PHILADELPHIA- Saying, “it will really help me stand out,” recent college graduate Zoe Stein has added “Being Passive Aggressive” to her skills on LinkedIn, as well as her official resume.
Stein said, “I see it as being pro-active and honest. Consulting companies are looking to hire young employees who can tell others what they are doing wrong, but in a subtly mean way.”
Sources close to Stein confirmed that she is accomplished at being passive aggressive.
Stein’s roommate said, “I borrowed her toothpaste, and instead of telling me to stop, she started to keep her toothpaste in her bedroom.” In another instance, Stein wrote her name on all her food products, even though their groceries go on different shelves.
A close friend, Rebecca Lane, said that Stein excels in the field ofbackhanded compliments. “She’ll say things like, ‘That’s super cute, did you get it at a thrift shop?’ But she hates thrift shops.”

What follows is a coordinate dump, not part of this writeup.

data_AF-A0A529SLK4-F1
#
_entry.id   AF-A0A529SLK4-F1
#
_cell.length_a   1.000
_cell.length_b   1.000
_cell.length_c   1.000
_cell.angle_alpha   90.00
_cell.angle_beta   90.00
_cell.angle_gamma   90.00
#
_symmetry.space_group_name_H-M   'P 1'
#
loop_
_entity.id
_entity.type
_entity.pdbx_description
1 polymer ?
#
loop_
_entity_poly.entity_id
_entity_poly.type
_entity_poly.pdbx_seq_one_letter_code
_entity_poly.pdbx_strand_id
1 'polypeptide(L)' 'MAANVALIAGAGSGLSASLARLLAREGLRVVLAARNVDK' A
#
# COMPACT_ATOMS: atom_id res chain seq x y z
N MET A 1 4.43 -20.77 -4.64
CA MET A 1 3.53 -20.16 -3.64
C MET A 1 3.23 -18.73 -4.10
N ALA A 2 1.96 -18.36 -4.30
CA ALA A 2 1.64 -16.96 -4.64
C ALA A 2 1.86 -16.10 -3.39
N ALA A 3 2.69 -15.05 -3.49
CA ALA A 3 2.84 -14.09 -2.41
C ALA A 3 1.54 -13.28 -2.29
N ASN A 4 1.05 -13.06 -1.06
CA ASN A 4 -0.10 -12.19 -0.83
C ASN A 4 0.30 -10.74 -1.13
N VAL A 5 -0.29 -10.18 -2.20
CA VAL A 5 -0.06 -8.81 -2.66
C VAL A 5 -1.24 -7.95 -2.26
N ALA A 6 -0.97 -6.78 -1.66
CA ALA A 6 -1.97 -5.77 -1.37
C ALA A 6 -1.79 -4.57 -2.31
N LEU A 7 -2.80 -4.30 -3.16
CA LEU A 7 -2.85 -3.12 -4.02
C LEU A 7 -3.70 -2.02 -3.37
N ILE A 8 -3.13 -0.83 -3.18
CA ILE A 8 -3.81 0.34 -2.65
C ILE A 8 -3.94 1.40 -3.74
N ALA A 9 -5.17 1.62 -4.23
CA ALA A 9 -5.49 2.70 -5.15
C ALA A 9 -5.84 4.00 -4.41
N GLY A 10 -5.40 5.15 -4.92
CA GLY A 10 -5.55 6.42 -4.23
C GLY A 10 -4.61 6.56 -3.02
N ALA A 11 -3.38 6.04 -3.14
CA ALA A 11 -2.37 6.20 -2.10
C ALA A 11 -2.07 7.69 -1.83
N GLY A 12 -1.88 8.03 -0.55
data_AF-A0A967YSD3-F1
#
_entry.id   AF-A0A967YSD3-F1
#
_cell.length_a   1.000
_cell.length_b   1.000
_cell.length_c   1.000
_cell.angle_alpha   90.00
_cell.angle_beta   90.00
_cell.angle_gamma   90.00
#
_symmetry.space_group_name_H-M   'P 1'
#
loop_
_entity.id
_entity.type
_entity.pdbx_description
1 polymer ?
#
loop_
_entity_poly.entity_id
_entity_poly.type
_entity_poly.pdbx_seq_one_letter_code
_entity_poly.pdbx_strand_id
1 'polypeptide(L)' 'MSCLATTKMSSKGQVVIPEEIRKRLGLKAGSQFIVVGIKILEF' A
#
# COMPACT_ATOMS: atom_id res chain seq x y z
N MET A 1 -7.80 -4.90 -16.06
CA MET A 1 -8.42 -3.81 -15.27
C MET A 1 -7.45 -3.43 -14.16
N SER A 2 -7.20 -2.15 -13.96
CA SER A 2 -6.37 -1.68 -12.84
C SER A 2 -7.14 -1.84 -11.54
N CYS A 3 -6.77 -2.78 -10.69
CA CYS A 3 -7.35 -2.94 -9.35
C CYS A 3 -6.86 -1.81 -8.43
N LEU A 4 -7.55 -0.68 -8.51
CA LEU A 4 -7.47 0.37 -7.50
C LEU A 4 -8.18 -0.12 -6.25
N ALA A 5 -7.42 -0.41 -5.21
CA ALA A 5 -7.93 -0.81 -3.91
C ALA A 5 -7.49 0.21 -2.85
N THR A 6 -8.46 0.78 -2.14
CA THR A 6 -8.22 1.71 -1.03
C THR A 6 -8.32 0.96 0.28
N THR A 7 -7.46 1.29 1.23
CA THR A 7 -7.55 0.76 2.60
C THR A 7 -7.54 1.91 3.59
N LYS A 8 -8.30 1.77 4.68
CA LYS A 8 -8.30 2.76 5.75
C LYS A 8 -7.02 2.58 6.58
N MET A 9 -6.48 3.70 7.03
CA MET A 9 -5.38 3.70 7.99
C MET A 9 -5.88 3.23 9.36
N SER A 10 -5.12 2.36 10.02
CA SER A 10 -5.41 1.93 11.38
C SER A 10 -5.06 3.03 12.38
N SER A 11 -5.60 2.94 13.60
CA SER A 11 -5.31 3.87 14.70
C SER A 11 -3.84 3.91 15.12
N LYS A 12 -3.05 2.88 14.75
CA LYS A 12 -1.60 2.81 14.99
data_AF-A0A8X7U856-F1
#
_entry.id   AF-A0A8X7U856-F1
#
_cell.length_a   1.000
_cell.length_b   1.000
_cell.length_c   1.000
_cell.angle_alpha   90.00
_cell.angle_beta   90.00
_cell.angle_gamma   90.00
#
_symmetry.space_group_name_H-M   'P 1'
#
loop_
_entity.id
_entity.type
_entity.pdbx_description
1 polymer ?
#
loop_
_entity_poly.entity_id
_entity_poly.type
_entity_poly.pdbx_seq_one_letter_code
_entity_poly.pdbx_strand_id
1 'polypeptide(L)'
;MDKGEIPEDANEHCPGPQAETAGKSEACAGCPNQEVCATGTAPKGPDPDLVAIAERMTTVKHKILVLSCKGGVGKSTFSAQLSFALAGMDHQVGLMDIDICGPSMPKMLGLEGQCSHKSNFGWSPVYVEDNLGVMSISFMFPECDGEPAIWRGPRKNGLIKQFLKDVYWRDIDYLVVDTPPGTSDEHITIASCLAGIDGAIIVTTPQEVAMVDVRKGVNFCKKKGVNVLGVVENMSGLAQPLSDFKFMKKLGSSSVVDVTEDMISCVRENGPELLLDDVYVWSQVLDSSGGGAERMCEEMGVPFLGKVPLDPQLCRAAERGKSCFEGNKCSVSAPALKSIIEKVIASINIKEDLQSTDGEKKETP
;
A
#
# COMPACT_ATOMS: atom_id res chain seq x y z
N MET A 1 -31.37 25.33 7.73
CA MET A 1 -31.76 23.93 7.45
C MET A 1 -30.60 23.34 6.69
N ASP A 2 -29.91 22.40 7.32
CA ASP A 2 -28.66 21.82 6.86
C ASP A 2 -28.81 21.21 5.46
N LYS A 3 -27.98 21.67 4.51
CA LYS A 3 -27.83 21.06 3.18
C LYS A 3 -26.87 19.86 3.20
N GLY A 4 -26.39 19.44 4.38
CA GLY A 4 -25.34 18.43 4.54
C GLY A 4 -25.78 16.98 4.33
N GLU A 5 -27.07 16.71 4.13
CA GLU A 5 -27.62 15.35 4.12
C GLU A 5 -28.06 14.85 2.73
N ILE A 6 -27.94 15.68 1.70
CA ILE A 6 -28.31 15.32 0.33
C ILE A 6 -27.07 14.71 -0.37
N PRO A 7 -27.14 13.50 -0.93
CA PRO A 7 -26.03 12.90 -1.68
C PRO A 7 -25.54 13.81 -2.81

“Obviously,” Lane said, “I endorsed her for the skill on LinkedIn.”
Recent studies by Johns Hopkins University show that people gifted at passive aggression succeed more in job interviews than people who are just aggressive.
Stein concurred, citing her own experience. “The Goldman [Sachs] interviewer asked me for an example of a time I effectively managed a group. I told him about my time as a camp counselor, when the girls in my bunk would leave empty toilet paper rolls on the holder, and I sarcastically wrote, ‘Why so quick to replace me?’ on the rolls, then placed them on beds. Believe me, those girls learned quickly.”
Stein got the job, but only after her father made a few phone calls.
“We’re quite proud of her,” her mother commented. “She’s been this way since she first got her period.”
“Everything I know, I learned from my mother,” Stein said. “We ignore each other’s emails every week.”